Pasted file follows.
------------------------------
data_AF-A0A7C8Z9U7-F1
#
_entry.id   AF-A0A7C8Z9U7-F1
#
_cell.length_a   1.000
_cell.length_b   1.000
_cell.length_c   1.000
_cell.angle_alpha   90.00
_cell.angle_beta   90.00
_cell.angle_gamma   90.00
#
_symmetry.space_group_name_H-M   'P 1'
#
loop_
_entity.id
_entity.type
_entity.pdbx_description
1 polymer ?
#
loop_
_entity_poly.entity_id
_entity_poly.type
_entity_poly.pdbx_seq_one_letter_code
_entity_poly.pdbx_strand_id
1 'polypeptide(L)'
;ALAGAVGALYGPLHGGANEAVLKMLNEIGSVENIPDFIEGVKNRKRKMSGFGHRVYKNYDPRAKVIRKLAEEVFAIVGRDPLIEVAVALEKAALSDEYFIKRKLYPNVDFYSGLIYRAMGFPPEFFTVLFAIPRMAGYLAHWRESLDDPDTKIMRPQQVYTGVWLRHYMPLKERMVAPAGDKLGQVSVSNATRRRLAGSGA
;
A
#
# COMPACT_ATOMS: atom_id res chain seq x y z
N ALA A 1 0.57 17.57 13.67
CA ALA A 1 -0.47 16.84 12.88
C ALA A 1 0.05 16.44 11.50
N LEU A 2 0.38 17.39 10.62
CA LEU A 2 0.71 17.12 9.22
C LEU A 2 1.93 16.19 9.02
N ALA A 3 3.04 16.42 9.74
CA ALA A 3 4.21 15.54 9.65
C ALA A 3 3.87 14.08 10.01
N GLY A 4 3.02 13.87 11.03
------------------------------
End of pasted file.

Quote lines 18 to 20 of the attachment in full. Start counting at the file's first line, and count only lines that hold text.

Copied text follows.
1 polymer ?
#
loop_